• Bullfrog Micro-Infusion Device Shows Robust 6-Month Outcomes in Below-the-Knee Arteries

    Adventitial delivery of temsirolimus using the Bullfrog Micro-Infusion Device in below-the-knee (BTK) arteries was achieved with robust outcomes at 6 months, according to data from the TANGO trial presented Sunday at the TCT Connect virtual conference,

    Percutaneous endovascular intervention using drug-coated balloons (DCB) of infrapopliteal arteries lack robust long-term data. There have been concerns regarding luminal application of the drug and penetration of heavy tissue and plaque burden.

    The TANGO (Temsirolimus Adventitial Delivery to Improve Angiographic Outcomes Below the Knee) trial sought to assess the safety and efficacy of the Bullfrog Micro-Infusion Device’s adventitial deposition of two escalating doses of temsirolimus in BTK arteries in reducing neointimal hyperplasia and target lesion failure as assessed angiographically.

    The Bullfrog Micro-Infusion device delivers temsirolimus with dose control and an unlimited payload with the ability to inject multiple times without changing balloons. Temsirolimus offers an improved pharmaceutical profile compared to sirolimus, said Ehrin Armstrong, MD, of the Rocky Mountain Regional VA Medical Center, Denver, who presented results from the study Sunday TCT Connect.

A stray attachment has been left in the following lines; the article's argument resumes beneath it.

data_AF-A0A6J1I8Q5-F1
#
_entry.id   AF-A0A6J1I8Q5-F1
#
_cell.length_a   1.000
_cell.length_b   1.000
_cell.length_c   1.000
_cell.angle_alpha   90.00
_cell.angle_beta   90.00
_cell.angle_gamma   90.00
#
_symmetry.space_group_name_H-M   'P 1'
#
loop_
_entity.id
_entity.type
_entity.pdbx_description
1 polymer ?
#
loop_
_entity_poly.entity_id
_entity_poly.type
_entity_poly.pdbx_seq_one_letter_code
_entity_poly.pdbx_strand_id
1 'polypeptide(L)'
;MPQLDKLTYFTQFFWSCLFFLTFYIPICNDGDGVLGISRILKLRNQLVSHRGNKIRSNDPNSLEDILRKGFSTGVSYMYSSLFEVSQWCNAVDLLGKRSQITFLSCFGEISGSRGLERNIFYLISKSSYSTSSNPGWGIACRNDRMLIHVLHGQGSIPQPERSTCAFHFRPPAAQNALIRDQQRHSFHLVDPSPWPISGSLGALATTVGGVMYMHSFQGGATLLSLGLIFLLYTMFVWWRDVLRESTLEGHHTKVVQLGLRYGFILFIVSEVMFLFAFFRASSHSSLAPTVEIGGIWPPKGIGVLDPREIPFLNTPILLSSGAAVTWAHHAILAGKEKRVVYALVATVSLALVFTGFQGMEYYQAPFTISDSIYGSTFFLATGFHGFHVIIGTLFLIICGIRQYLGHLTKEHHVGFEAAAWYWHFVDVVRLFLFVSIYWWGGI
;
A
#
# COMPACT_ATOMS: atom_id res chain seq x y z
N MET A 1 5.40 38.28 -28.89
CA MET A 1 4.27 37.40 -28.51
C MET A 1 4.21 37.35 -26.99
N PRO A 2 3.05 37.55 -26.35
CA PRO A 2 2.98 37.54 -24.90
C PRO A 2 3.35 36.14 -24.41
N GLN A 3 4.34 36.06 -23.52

The TANGO trial was a randomized, multicenter, dose-escalation trial of 61 patients with BTK disease. Patients were randomized in a 2-to-1 fashion to either treatment with one of two doses of temsirolimus or control (normal saline). The primary endpoint was 6-month angiographic transverse view area loss (TVAL). The secondary endpoint was a composite of clinically relevant target lesion failure (CR-TLF), ischemia-driven major amputation and clinically relevant target lesion occlusion at 6 months.

    Patients in the treatment arms saw a 22.3% decrease in the primary endpoint of TVAL (46% vs. 24%; difference, 22.3%; 95% confidence interval [CI], 2.2% to 42.3%) in patients with TransAtlantic Inter-Society Consensus for the Management of Peripheral Arterial Disease (TASC) class B-D lesions (lesions that have less evidence to support percutaneous treatment). With regard to the secondary outcome, patients in the treatment arm saw a 39.2% increase in freedom from clinically relevant target lesion failure (31.0% vs. 70.2%; 95% CI, 7.1% to 71.4%).

    “Drug delivery is here to stay, and we need this quality of science to get the right answers for our patients and without this rigor of science we are not going to get this right,” Armstrong concluded.

    This trial was supported by the National Heart, Lung, and Blood Institute.

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